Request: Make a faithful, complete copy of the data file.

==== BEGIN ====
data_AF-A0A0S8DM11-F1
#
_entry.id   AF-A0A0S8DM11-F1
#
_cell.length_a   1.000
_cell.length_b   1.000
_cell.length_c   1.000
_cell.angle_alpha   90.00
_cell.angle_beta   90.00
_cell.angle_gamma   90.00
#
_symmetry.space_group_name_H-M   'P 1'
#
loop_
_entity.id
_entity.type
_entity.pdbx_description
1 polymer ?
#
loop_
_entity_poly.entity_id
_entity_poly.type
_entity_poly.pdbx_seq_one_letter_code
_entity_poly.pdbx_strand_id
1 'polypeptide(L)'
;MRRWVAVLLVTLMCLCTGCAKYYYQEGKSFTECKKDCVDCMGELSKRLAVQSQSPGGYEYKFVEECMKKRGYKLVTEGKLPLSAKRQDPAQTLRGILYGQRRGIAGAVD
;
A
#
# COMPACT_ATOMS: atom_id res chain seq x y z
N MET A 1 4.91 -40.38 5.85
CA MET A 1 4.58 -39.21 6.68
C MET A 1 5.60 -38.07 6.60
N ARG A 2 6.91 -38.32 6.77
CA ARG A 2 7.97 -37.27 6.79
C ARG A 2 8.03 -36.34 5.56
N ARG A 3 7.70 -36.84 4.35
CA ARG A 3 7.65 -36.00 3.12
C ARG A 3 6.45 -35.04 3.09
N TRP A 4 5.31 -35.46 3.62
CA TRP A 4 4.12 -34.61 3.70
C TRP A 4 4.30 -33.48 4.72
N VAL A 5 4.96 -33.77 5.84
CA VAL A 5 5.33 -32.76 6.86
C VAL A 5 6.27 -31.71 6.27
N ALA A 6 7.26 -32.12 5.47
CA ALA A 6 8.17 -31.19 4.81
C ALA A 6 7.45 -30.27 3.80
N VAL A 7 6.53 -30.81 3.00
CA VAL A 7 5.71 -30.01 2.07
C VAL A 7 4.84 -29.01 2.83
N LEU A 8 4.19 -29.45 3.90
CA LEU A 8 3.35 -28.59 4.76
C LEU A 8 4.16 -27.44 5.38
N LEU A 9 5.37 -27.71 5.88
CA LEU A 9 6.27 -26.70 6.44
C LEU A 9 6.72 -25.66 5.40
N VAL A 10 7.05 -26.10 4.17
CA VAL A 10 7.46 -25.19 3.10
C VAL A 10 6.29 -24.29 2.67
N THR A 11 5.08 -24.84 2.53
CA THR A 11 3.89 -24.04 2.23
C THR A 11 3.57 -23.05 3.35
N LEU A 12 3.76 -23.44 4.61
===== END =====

data_AF-A0A0S8DM11-F1
#
_entry.id   AF-A0A0S8DM11-F1
#
_cell.length_a   1.000
_cell.length_b   1.000
_cell.length_c   1.000
_cell.angle_alpha   90.00
_cell.angle_beta   90.00
_cell.angle_gamma   90.00
#
_symmetry.space_group_name_H-M   'P 1'
#
loop_
_entity.id
_entity.type
_entity.pdbx_description
1 polymer ?
#
loop_
_entity_poly.entity_id
_entity_poly.type
_entity_poly.pdbx_seq_one_letter_code
_entity_poly.pdbx_strand_id
1 'polypeptide(L)'
;MRRWVAVLLVTLMCLCTGCAKYYYQEGKSFTECKKDCVDCMGELSKRLAVQSQSPGGYEYKFVEECMKKRGYKLVTEGKLPLSAKRQDPAQTLRGILYGQRRGIAGAVD
;
A
#
# COMPACT_ATOMS: atom_id res chain seq x y z
N MET A 1 4.91 -40.38 5.85
CA MET A 1 4.58 -39.21 6.68
C MET A 1 5.60 -38.07 6.60
N ARG A 2 6.91 -38.32 6.77
CA ARG A 2 7.97 -37.27 6.79
C ARG A 2 8.03 -36.34 5.56
N ARG A 3 7.70 -36.84 4.35
CA ARG A 3 7.65 -36.00 3.12
C ARG A 3 6.45 -35.04 3.09
N TRP A 4 5.31 -35.46 3.62
CA TRP A 4 4.12 -34.61 3.70
C TRP A 4 4.30 -33.48 4.72
N VAL A 5 4.96 -33.77 5.84
CA VAL A 5 5.33 -32.76 6.86
C VAL A 5 6.27 -31.71 6.27
N ALA A 6 7.26 -32.12 5.47
CA ALA A 6 8.17 -31.19 4.81
C ALA A 6 7.45 -30.27 3.80
N VAL A 7 6.53 -30.81 3.00
CA VAL A 7 5.71 -30.01 2.07
C VAL A 7 4.84 -29.01 2.83
N LEU A 8 4.19 -29.45 3.90
CA LEU A 8 3.35 -28.59 4.76
C LEU A 8 4.16 -27.44 5.38
N LEU A 9 5.37 -27.71 5.88
CA LEU A 9 6.27 -26.70 6.44
C LEU A 9 6.72 -25.66 5.40
N VAL A 10 7.05 -26.10 4.17
CA VAL A 10 7.46 -25.19 3.10
C VAL A 10 6.29 -24.29 2.67
N THR A 11 5.08 -24.84 2.53
CA THR A 11 3.89 -24.04 2.23
C THR A 11 3.57 -23.05 3.35
N LEU A 12 3.76 -23.44 4.61